Overcoming Prejudice One Contact At A Time
At the end of this weekend I’m heading for New York on a very brief stopover. I haven’t been back in years, and for too long my main contact with the US has come from the UK and US press.
Consequently, I’ve heard far too much about the extremes of American society, either the super-rich or the dispossessed and desperate. I know that LA, where I once lived, now has record homeless figures, and that farmers are killing themselves in astonishing numbers. What’s been missing for too long is any sense of normal day-to-day life for millions of ordinary Americans.
I’ve just had a delightful time with American friends who represent the ‘squeezed middle’ of hard-working, smart professionals with complex family backgrounds. Their energetic lives are built around ironclad seasons of rituals that include football, holidays, outdoor pursuits like hiking and diving, Thanksgiving dinners and other shared family activities.
It seems to me that British life has very few of these tentpole markers upon which to hang social life, and have very little of their positivity or proactivity. These are the folks I’d forgotten about, the ones who feel that anything is possible, the ones who made me fall in love with America when I was a teenager. A colour-saturated America flooded my dreams, but living there was tougher than I had ever imagined it would be.
I’d forgotten about this silent majority of American families because I’ve hardly ever met any (LA media folk don’t count). They don’t get reported in our press. Instead we see food banks and gun crime, the toxic Kardashians, Trump’s three-ring circus, paedophile pastors and teen dotcom millionaires, just as American no doubt sees us as rainsoaked glumbies, Russell Brand-style rockers and lickspittle nonentities like Nigel Farage.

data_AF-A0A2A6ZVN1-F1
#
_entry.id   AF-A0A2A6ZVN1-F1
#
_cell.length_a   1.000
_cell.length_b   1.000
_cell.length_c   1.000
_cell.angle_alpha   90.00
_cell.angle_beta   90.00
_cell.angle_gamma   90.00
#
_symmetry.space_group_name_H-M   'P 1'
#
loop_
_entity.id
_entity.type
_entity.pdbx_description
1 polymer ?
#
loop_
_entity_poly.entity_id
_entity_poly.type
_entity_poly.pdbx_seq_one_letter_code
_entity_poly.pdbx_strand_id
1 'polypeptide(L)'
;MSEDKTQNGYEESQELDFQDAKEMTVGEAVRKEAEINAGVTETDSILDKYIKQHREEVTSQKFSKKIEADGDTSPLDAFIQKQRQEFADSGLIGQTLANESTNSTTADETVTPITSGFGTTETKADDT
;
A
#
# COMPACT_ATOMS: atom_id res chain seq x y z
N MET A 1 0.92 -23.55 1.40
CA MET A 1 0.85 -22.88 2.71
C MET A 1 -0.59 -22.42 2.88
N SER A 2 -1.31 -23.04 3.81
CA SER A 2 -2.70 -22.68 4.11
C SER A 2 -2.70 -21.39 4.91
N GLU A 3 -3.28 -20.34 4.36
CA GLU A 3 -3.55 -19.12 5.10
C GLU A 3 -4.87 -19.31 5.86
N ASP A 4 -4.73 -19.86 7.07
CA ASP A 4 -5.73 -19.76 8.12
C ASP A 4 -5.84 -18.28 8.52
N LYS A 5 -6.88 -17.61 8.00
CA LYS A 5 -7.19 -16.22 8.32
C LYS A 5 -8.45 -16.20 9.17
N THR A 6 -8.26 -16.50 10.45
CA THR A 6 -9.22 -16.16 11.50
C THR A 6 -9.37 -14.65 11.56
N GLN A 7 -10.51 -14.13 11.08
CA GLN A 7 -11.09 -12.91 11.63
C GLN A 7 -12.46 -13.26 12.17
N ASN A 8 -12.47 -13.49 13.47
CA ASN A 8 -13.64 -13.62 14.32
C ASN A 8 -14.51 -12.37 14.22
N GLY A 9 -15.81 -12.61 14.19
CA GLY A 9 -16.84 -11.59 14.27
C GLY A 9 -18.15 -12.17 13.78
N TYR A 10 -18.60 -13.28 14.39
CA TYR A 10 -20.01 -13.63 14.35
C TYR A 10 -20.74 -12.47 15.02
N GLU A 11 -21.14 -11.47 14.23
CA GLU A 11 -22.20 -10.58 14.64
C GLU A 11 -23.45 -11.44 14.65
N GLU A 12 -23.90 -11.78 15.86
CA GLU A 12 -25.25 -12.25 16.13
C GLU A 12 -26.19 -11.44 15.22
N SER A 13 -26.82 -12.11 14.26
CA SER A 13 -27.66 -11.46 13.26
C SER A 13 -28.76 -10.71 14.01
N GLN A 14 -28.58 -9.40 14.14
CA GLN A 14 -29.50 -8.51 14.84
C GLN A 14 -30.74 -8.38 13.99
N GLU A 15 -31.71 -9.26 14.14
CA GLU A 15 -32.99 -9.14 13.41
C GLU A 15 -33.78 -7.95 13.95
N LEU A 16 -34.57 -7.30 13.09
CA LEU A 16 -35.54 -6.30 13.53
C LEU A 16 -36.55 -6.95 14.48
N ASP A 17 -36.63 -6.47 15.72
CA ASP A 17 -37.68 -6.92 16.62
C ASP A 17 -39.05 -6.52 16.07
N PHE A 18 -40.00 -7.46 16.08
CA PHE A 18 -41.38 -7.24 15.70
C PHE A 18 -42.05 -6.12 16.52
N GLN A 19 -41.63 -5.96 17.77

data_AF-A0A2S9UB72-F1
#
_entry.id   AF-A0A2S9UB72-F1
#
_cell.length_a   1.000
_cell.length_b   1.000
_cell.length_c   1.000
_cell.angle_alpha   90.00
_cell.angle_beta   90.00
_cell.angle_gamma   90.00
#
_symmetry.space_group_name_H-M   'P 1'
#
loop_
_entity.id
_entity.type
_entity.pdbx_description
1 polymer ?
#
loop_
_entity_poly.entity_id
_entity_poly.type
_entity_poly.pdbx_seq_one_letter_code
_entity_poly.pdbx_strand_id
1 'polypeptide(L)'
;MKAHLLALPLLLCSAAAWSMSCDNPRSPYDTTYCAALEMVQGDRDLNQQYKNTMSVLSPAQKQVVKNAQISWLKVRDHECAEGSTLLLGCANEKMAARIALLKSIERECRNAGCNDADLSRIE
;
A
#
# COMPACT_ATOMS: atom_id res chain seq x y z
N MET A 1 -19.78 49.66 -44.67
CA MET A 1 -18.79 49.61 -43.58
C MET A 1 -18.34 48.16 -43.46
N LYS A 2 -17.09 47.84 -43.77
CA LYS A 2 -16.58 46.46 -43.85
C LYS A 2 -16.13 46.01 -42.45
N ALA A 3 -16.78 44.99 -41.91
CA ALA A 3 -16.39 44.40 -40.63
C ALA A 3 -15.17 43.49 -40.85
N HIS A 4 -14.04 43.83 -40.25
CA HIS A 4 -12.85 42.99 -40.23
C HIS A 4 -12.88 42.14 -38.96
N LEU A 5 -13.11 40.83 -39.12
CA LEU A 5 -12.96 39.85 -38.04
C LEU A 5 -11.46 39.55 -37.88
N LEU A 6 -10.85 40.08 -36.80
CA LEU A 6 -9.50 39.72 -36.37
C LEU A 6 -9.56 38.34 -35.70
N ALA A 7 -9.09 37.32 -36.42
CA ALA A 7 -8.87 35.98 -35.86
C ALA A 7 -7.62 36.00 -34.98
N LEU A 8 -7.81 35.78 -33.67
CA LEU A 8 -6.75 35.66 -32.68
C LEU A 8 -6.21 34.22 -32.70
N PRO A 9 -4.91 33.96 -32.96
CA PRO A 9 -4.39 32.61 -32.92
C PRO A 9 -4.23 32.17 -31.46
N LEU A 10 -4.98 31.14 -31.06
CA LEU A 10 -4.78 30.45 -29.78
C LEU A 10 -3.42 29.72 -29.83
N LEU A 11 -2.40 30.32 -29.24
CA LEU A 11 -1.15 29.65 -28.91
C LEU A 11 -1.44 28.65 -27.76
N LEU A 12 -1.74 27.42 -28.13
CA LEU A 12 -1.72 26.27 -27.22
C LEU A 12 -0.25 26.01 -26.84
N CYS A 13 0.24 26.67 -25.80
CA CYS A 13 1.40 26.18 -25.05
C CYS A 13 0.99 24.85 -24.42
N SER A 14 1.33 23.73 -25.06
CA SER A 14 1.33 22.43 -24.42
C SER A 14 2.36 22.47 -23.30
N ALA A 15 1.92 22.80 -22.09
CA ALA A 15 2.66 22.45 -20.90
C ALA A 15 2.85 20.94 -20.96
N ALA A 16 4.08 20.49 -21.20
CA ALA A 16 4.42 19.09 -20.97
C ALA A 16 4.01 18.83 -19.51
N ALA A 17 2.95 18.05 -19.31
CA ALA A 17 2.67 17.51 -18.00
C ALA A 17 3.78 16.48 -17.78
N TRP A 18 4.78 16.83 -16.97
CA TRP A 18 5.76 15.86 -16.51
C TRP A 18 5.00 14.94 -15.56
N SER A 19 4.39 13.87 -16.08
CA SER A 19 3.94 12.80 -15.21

Both sides are taking their knocks right now, between the UK’s disastrous Brexit negotiations and a US presidency that turns a still unrivalled example of democracy into a banana republic. Caught in the middle are hardy people with innate decency and healthy attitudes.
But more and more lately I’ve heard of people experiencing intolerance on either side. Today a friend of mine – a good, tolerant liberal – was spat at outside Finsbury Mosque. Another friend is vociferously pro-Brexit despite the fact that he only employs Eastern Europeans.
It’s confusing to cope with. But we have to cut through the endless depicted stereotypes, go out and talk to people one-on-one and remind ourselves that nations have a richly diverse human bedrock. Right now it’s harder than ever to do that, which is a good reason for going the extra mile.